Why MDM Matters to Business Intelligence Strategy
Here’s an interesting finding from Gartner’s CIO Agenda for 2019: When asked about which technology area organizations will be increasing their investments, 45% of respondents replied that the money would go to business intelligence or data analytics solutions. No other technology – with the exception of cybersecurity (40%) – even came close to that.
It appears that master data management technology wasn’t represented among the choices for the question – or if it was, it may have been selected by too few respondents to make the cut. Either way, it opens the door to another question: Has the case
for the connection between MDM and BI not been presented to the business in as clear and comprehensive a manner as it should be?
If so, we’ll take the opportunity here to provide some industry use cases that demand that there be a single, centralized view of trustworthy data for an effective business intelligence strategy:
- The banking industry is going through a major evolution, as traditional institutions attempt to increase their agility to respond to upstart fin-techs and online-only competitors. For starters, they could analyze all their customer data – no matter where it resides – to gain a 360-degree picture of each client.
With unique customer data in-hand, a bank could improve targeted marketing. Maybe, for instance, it could analyze and segment all its customers into different “boxes” to determine which of them are more likely to want new types of services – perhaps, for instance, millennials might be most interested in new features for mobile banking.
- In the manufacturing sector, a company’s physical network may include plants, warehouses and other facilities spread throughout different geographical areas. Product lines may vary quite a bit, too. Such diversity often adds up to having fractured customer, product and location records across division environments. That could create issues such as having one line-of-business extending credit to the same customer that another division had placed on hold for non-payment.
Being able to have a holistic view of their customers and product sales across locations would allow the manufacturer to perform at a much higher level of business analysis and eliminate unacceptable risks.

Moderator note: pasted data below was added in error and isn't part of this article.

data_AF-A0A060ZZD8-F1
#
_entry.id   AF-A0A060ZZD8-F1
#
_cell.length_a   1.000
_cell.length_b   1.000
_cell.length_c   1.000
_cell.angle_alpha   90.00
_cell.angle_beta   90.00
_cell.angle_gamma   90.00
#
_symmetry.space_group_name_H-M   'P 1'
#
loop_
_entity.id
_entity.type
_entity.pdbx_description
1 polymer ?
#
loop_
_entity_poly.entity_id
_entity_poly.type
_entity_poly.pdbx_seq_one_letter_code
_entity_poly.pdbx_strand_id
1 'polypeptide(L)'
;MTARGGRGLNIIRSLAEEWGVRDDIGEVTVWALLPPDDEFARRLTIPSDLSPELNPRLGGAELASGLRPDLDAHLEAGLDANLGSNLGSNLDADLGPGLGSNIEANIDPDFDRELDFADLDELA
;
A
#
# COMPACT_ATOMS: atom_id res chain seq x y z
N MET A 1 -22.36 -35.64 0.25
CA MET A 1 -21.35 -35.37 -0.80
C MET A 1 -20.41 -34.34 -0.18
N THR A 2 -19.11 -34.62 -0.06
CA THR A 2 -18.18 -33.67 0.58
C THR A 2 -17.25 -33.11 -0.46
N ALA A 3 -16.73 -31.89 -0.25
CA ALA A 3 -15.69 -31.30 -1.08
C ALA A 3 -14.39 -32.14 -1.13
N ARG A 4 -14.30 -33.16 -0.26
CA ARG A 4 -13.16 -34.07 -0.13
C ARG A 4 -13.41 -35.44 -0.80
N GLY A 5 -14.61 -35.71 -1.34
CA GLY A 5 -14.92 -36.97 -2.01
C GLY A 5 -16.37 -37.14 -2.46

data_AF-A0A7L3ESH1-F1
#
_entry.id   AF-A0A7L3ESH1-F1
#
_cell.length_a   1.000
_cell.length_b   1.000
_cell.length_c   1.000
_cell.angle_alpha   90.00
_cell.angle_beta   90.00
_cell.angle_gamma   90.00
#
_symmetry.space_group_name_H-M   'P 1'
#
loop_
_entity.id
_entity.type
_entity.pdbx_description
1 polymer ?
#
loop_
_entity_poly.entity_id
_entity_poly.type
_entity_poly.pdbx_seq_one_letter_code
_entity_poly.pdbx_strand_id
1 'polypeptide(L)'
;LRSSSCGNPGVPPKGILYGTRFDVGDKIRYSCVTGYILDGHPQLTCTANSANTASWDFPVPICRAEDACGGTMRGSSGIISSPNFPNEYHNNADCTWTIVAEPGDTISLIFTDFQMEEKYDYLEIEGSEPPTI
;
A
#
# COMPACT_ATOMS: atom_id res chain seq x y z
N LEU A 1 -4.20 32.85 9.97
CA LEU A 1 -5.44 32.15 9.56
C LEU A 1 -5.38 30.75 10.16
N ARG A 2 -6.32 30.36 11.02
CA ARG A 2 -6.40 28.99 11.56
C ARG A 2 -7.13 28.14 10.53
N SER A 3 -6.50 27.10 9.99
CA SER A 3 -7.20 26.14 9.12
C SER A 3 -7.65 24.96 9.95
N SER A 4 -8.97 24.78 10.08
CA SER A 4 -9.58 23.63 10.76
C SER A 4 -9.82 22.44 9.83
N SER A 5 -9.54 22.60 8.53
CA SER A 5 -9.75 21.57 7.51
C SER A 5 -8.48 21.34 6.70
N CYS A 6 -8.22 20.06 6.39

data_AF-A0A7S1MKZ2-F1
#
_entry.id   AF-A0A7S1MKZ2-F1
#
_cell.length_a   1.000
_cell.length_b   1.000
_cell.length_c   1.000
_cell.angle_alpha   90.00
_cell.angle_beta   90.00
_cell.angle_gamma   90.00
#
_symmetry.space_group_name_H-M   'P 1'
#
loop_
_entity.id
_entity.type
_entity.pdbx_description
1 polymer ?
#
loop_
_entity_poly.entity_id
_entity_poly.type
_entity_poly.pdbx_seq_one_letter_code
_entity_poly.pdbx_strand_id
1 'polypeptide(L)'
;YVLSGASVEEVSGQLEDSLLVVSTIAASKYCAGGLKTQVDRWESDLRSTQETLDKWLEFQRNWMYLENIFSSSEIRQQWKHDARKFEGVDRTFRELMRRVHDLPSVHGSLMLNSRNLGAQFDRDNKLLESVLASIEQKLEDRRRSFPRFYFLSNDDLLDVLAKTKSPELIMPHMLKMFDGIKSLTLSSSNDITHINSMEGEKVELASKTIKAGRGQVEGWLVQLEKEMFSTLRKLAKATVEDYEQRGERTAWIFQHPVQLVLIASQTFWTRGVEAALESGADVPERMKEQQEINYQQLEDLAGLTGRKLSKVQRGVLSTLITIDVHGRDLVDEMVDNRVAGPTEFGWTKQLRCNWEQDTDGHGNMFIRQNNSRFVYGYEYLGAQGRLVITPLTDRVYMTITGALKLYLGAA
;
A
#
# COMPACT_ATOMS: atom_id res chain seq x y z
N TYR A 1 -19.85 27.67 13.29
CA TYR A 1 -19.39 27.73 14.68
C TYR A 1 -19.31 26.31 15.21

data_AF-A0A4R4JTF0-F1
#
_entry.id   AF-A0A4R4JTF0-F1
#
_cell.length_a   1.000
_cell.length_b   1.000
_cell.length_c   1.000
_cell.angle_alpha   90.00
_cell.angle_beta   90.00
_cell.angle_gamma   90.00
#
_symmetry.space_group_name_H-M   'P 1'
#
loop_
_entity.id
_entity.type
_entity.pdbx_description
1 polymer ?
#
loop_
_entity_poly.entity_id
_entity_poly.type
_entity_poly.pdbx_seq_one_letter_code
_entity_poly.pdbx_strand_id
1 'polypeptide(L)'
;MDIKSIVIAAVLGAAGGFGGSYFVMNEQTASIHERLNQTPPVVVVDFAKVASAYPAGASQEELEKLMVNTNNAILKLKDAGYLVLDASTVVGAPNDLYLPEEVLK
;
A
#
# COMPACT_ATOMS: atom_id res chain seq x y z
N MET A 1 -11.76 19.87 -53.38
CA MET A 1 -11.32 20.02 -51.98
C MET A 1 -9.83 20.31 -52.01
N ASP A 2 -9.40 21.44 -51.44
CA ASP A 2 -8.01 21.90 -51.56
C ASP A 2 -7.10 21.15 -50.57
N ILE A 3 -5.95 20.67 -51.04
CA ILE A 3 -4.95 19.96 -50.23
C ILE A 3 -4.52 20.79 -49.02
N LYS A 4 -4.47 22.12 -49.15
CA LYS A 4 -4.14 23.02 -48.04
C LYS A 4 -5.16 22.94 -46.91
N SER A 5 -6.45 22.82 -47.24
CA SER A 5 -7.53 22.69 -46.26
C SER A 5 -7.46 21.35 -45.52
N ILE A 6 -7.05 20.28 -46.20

- When it comes to healthcare, a big trend is toward consolidation, such as those between hospitals and clinician practices or care delivery operators with insurance companies. In some cases, one or both of the merger or acquisition parties operates multiple facilities, such as nursing homes or physical therapy centers, to service patient populations.
Consolidation of all their facility-related data might be hampered by the fact that one or both of the entities don’t have a way to ensure accurate and consistent data in-house, not to mention across each other’s environments. Addressing that issue will make the consolidation easier: Analytics around it will improve and speed tasks such as identifying which facilities should be sold to avoid duplicating services in the same geographical area.
Hopefully it is clear, the companies in these sectors – indeed, in businesses of every type – depend on business intelligence solutions for analytics purposes, with the aim of generating accurate reports, charts, graphs and so on to answer questions that involve customer and product use, operational location, and mergers and acquisition comparison data, to name just a few.
But without master data that is clean, matched from all source systems to eliminate duplicates and adaptable and sustainable to accommodate change, there’s a very good chance that the business intelligence strategy is off and the BI conclusions won’t be accurate.
The point is that without an MDM solution where master data resides in a hub to create a golden record and where it’s possible to share reference data across domains, BI software won’t be able to draw on trusted data to gain an all-encompassing and single-version-of-the-truth for customers, products, locations or any other entity and attribute that define a business.
If data can’t be trusted, business leaders may as well rely on instinct to guide their decisions – as so many still do. That’s surely a reason for companies to invest more in MDM technology, isn’t it?
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